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Life after EdgeRank

Earlier this week, Facebook put an end to its EdgeRank algorithm that was used to determine what posts users would see on their newsfeeds. The posts that used to be shown were selected based on affinity, currency and engagement. This was using Big Data in the most primitive way. Identifying past behaviour and trends to determine future behaviour. Even the primitive use was pretty good is testimony to the potential of Big Data.

Now, Facebook has taken a step further in how it uses Big Data. The new algorithm has one simple addition to the way it worked previously. If Facebook knows that you haven't seen a post that you are statistically inclined to interact with, that post will be shown in your newsfeed even though it is not necessarily a 'current' update.

This is a very good feature that benefits not just users, but brands that advertise on Facebook as well. Facebook's mobile revenues have seen a big boost due to native advertising (advertisements showing up as one of the news items in the newsfeed) this year. With Facebook understanding the user's behaviour in different contexts, and then using it to determine what goes into the newsfeed, brands have an easier job of targeting their audience. They no longer have to post the same thing multiple times, once every few hours to reach more people. They just have to generate content that users are likely to engage with.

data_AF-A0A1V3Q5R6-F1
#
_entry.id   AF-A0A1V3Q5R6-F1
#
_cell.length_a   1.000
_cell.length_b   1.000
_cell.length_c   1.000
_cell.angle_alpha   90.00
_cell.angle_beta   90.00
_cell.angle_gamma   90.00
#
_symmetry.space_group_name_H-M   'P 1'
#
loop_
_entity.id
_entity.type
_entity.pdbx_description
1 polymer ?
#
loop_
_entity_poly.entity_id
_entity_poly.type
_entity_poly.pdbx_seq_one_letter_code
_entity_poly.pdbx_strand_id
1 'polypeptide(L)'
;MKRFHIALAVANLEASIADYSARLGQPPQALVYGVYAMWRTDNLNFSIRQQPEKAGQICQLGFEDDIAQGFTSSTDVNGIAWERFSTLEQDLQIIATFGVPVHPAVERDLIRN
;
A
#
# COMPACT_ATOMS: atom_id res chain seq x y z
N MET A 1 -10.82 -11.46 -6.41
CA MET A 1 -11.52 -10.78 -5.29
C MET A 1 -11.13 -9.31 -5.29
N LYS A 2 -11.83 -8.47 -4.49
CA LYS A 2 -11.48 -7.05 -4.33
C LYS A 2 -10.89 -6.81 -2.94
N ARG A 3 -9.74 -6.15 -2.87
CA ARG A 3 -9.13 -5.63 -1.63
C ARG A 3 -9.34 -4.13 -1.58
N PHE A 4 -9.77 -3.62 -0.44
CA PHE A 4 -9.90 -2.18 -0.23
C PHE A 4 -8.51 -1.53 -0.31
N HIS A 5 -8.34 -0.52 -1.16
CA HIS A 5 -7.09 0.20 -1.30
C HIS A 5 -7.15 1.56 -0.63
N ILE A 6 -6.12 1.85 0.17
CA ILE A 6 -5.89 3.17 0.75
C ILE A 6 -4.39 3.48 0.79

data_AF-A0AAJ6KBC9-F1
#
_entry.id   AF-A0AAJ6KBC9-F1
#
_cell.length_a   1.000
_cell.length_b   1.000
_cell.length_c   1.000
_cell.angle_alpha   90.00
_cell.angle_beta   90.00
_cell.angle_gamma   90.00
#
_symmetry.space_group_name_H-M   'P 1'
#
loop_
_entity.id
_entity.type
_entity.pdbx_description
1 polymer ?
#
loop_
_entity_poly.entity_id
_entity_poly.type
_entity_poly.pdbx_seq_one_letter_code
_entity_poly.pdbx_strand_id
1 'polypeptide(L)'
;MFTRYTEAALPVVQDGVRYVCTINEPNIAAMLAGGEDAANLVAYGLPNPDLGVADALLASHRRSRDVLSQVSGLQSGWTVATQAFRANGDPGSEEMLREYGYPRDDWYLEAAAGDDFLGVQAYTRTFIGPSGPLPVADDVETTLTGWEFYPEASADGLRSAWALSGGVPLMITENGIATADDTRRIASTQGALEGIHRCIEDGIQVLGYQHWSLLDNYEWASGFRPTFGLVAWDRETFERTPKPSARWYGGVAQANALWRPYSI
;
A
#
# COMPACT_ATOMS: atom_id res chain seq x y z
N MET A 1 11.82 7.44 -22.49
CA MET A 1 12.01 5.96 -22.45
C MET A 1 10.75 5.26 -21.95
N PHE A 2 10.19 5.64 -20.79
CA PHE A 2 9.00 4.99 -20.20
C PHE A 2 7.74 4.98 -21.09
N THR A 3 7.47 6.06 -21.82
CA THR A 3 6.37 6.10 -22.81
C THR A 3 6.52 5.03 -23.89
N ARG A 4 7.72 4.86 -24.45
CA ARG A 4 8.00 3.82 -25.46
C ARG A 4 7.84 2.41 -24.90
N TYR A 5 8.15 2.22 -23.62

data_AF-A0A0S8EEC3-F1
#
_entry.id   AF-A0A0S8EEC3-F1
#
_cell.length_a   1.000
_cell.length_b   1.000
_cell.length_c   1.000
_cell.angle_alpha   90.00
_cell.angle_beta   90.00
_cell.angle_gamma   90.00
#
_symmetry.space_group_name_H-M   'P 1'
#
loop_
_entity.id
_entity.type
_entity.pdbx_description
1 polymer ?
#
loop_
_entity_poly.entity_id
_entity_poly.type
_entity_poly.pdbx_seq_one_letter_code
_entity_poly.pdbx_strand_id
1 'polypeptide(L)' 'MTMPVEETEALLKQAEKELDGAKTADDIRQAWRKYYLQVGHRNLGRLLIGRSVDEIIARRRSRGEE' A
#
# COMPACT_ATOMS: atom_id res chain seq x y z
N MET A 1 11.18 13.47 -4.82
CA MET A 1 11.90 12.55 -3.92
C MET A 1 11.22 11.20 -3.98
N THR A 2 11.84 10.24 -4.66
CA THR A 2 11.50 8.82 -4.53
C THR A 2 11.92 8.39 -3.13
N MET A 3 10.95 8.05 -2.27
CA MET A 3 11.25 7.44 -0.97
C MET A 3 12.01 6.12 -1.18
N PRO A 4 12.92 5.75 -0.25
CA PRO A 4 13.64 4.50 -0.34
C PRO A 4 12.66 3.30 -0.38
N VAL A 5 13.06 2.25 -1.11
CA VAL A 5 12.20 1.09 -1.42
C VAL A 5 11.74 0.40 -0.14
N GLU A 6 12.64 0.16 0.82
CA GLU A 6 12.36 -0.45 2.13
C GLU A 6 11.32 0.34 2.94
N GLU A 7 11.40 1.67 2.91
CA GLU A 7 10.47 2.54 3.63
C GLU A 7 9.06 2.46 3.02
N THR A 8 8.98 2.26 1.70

But there is one aspect of user experience that will be affected. I'm used to viewing newsfeed items in chronological order. If this algorithm alters that too much, it might take me some time to get adjusted to the new view. And whenever there is user adaptation needed, there is always the risk of making the user unhappy. But in order to innovate, you have to take these risks in your stride and that is exactly what Facebook is doing.

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